Home Technology The FCC has approved SpaceX’s launch of 7,500 second-generation Starlink satellites

The FCC has approved SpaceX’s launch of 7,500 second-generation Starlink satellites

The new satellites should fix some of the problems

by George Mensah

SpaceX, led by Elon Musk, has been granted permission to launch thousands of its second-generation Starlink satellites into orbit. Elon Musk’s satellite internet service, Starlink, already covers the vast majority of the world. The service is especially useful in areas where installing infrastructure for modern high-speed cable internet is prohibitively expensive or impractical. Anyone with the hardware and a monthly subscription can access hyper-fast, broadband-like speeds via Starlink.

Starlink is currently available in several configurations. At its most basic, a dish attached to the subscriber’s property picks up an internet signal up. In some high-demand areas, getting basic Starlink is difficult because too many users accessing the same satellites can severely slow the service. As a result, waiting lists are in place in some areas until coverage improves. Customers can get ahead of the queues by purchasing Starlink RV, a slightly more expensive service that can be used while on the go. Users who choose Starlink RV will, however, experience speed bottlenecks in areas with active waiting lists.

Finally, if you have the means, Starlink can install internet on your yacht or private jet. The costs are exorbitant, with the hardware alone costing $150,000, not including installation, and the service itself costing up to $25,000 per month. Following Russia’s invasion in early 2022, the service has also proven invaluable to Ukrainian forces, with Russia focusing on destroying Ukrainian infrastructure and disrupting the country’s communications. Starlink has proven to be extremely difficult to disable: the service does not require long, vulnerable cables, and the only way to stop it is through direct jamming, which has proven nearly impossible.

Finally, if you have the financial means, you can have Starlink internet installed on your computer. If you live in a country or region without reliable broadband, or if you’re a frequent traveler who needs to stay connected, Starlink is an absolute lifesaver. However, the system is far from perfect and currently has some major flaws. For starters, it isn’t as dependable or as fast as cable internet. Starlink’s premium package costs $500 per month and has a bandwidth limit of 500 Mbps. Its basic package is significantly less expensive, but it only offers a maximum speed of 250 Mbps. This is much faster than dial-up but still slower than the gigabit+ speeds offered by some cable services.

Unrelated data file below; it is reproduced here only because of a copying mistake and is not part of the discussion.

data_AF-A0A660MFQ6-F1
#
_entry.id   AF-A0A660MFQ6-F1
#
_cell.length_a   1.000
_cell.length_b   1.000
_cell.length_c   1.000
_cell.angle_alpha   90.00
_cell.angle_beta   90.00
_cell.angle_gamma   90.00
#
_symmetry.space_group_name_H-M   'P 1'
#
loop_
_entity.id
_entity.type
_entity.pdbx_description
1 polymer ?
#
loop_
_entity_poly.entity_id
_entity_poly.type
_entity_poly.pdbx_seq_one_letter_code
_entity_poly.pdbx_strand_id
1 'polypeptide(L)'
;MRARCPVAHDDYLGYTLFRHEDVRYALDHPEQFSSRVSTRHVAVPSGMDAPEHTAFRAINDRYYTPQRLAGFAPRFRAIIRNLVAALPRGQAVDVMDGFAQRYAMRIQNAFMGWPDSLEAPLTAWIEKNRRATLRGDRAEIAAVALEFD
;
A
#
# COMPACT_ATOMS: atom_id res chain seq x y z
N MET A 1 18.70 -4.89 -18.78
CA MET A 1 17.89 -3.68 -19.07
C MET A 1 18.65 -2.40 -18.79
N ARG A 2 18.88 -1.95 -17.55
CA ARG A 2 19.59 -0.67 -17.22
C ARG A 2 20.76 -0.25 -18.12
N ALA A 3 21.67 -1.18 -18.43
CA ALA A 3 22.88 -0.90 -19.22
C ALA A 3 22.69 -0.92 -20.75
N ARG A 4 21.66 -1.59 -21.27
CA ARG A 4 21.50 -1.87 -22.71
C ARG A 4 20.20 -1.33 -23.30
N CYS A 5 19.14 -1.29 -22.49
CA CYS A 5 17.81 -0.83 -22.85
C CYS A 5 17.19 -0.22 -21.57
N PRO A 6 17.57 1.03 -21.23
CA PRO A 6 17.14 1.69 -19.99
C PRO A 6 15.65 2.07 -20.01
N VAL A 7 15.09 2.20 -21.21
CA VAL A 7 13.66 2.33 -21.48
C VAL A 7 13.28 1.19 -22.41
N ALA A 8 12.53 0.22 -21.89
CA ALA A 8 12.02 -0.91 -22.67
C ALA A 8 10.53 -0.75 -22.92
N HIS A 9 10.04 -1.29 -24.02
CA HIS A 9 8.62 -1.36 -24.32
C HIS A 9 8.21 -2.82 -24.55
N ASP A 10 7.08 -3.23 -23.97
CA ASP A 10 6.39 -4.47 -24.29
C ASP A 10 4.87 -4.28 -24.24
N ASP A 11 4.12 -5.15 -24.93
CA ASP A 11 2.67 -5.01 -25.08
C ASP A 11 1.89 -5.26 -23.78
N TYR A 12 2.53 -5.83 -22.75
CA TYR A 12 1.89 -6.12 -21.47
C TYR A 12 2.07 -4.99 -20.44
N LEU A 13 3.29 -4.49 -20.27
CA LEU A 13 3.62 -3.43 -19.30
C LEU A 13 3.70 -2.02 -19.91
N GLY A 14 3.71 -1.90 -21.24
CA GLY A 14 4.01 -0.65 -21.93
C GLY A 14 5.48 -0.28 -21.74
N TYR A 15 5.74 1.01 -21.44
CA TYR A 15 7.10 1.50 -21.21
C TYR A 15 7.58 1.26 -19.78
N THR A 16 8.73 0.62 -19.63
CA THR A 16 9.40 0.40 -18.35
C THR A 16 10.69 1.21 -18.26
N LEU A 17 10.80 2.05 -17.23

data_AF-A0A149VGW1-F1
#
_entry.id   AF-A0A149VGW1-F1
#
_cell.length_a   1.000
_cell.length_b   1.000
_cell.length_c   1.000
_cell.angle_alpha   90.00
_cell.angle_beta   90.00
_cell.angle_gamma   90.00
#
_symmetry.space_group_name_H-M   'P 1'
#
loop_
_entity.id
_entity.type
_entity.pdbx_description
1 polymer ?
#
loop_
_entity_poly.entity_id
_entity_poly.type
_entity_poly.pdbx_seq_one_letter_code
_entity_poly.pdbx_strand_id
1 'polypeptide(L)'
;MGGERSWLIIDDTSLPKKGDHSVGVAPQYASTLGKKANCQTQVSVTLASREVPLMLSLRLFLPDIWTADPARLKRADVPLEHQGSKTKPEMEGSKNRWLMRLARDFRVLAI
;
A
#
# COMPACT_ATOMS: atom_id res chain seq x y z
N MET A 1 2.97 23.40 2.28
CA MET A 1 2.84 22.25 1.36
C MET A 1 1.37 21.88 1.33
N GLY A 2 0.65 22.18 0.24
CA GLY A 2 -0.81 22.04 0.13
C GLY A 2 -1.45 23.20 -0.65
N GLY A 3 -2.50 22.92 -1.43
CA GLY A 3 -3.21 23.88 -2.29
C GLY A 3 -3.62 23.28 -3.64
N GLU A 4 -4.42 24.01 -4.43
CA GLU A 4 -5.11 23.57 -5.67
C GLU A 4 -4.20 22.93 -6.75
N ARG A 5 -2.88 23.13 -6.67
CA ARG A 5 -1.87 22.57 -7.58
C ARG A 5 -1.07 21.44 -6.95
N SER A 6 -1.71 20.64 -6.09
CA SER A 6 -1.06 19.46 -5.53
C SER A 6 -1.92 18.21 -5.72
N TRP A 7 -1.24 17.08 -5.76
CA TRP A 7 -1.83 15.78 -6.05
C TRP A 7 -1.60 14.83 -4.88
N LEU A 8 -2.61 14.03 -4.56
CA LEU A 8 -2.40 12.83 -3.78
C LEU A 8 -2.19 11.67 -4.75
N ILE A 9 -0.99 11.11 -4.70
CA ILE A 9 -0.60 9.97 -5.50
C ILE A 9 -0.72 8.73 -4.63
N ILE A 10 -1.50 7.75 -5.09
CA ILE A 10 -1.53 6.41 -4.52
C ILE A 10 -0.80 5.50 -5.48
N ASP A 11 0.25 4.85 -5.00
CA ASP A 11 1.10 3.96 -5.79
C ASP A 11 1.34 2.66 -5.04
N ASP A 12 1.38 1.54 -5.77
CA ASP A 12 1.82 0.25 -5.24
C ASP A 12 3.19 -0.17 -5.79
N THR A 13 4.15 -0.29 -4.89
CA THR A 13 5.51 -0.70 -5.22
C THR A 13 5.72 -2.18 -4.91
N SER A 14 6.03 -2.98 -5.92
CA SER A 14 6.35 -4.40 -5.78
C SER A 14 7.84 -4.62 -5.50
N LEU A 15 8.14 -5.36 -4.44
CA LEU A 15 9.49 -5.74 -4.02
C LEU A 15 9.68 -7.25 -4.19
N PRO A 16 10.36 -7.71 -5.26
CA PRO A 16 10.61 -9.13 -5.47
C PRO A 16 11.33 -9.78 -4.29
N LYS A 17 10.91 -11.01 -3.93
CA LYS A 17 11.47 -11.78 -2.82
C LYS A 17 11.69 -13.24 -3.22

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Densely populated areas, such as cities, present additional challenges because many people compete for the limited bandwidth available. Every user must share access to the satellites covering their specific area, so if an area has a high number of Starlink subscriptions, speeds will suffer. Obstructions can also cause major issues and significantly slow down service. If trees block your Starlink dish or the sky is heavily clouded, your signal may suffer.

Finally, there is total coverage. Starlink has excellent global coverage, with most countries receiving some level of service. It excluded most countries that are not currently covered for political rather than technical reasons. You should be able to get Starlink if you don’t live in Russia, China, or Iran. Certain areas, including several parts of the United States, do not have enough coverage to go around, which is why Starlink has waiting lists in place.

The Federal Communications Commission recently granted SpaceX permission to launch up to 7,500 satellites into low-Earth orbit. This is 4,000 more satellites than the company currently has in its network, and it is an important step toward the 29,988 satellites it has requested permission to launch as part of its plans for a “second generation” satellite network. Prior to this expansion, it granted the internet company permission to launch nearly 4,500 satellites as part of its first-generation network.

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The FCC stated during its approval:

“Our action will enable SpaceX to deploy Gen2 Starlink, which will bring next-generation satellite broadband to Americans across the country, including those living and working in areas that have traditionally been unserved or underserved by terrestrial systems. Our action will also enable global satellite broadband service, assisting in the global closing of the digital divide. “

Despite the positive step, SpaceX did not receive everything it requested. A portion of the application did not pass and was instead deferred by the regulator. According to the approval notice:

“… This limited grant and associated conditions will protect other satellite and terrestrial operators from harmful interference while also promoting competition and protecting spectrum and orbital resources for future use.”


Despite not receiving everything they asked for, the approval is important for SpaceX and Starlink. With an increased number of satellites and a step toward Starlink Gen 2, coverage can be faster, wider, and more reliable. In addition, the company must address other regulatory issues. Despite this regulatory step forward, other companies and government officials are concerned about Starlink’s impact. I have proposed legislation to ease these concerns, but this could be bad news for Starlink.

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